Getting flu shots too early may be undermining efficacy of US’ vaccination program

Getting flu shots too early may be undermining efficacy of US’ vaccination program

Vaccinating people too early may actually be undermining the efficacy of the United States' flu vaccination program as a flu shot may wear off if a person gets it too early, various studies suggested.

It is not uncommon to see "flu shot signs" as early as late July or early August when temperatures are still in the 80s. But, studies from the U. S. and Europe have discovered that the flu shots' efficiency steadily declines in the months after vaccination.

A recent research, published by the Centers for Disease Control & Prevention (CDC), showed that the flu vaccine's effectiveness declined by more than half for two strains of flu virus, and diminished almost totally for another in 5-6 months after vaccination.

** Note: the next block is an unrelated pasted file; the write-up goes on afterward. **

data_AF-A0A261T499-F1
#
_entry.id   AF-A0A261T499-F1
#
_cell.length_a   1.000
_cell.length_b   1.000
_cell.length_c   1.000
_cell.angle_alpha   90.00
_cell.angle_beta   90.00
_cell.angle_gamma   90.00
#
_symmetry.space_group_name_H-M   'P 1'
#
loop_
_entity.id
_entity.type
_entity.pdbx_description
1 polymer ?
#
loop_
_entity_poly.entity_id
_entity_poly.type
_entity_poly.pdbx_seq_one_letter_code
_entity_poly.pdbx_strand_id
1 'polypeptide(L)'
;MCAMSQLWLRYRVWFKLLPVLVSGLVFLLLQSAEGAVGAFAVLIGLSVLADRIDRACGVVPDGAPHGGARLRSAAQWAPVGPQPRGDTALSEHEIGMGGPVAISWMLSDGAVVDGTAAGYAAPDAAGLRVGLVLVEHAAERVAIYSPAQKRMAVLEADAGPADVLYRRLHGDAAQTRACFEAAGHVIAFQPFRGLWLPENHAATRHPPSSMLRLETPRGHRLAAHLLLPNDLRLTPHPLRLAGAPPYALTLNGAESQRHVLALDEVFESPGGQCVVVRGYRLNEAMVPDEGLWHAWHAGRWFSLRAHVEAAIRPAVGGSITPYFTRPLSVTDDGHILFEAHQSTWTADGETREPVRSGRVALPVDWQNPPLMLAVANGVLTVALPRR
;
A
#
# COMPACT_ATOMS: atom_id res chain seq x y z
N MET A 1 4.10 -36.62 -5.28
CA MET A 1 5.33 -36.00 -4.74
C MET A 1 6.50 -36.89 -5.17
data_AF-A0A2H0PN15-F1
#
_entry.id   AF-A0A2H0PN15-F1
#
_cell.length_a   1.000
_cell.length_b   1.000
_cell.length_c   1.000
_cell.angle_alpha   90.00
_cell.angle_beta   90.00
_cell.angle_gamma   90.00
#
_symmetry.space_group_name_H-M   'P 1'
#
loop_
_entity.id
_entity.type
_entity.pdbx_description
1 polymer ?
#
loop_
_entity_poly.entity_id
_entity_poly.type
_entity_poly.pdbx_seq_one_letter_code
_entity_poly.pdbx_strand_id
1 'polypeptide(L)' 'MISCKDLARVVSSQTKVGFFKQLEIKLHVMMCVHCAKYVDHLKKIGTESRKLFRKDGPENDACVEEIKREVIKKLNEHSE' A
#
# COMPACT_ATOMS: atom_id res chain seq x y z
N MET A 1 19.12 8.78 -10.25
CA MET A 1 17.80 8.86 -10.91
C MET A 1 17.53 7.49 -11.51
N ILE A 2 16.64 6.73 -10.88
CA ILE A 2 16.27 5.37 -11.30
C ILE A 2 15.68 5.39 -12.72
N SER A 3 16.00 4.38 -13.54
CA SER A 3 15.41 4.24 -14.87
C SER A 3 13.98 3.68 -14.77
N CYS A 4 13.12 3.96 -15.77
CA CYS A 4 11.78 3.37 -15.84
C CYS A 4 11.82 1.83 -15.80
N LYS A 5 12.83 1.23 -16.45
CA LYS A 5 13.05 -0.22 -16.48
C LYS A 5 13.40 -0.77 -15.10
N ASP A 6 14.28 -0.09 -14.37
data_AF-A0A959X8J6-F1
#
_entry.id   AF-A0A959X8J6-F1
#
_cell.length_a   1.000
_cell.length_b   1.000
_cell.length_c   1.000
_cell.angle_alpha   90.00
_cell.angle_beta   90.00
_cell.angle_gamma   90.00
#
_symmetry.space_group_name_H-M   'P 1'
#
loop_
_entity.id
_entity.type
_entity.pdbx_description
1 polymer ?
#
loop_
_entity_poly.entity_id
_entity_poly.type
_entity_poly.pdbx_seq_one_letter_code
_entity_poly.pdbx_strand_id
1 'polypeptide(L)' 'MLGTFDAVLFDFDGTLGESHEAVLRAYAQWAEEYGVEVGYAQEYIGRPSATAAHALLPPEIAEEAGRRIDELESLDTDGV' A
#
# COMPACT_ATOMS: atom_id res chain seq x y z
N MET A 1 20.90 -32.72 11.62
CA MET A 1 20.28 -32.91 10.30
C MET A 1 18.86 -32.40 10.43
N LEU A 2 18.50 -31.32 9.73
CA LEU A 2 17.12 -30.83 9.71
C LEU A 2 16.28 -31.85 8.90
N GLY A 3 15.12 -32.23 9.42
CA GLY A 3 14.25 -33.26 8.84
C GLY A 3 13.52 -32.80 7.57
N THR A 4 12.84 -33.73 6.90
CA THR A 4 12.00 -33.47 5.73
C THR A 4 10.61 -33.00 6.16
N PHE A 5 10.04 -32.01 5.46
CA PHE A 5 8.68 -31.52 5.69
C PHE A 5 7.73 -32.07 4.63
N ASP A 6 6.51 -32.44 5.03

Michael Osterholm, the director of the Center for Infectious Diseases Research & Policy at University of Minnesota, said there is sufficient evidence suggesting that early vaccination efforts should be discouraged.

Speaking on the topic, Osterholm said, "Until we get more data, frankly I think the very best approach is to try to make sure we get flu vaccine into people just before flu activity starts, not something convenient to when the marketers want to get people in the door of department stores and grocery stores."

However, some experts have cautioned that it would be too soon to jump to a conclusion that would require CDC to change its recommendations on flu vaccination. Currently, the federal agency advises people to get a flu shot by the end of October.


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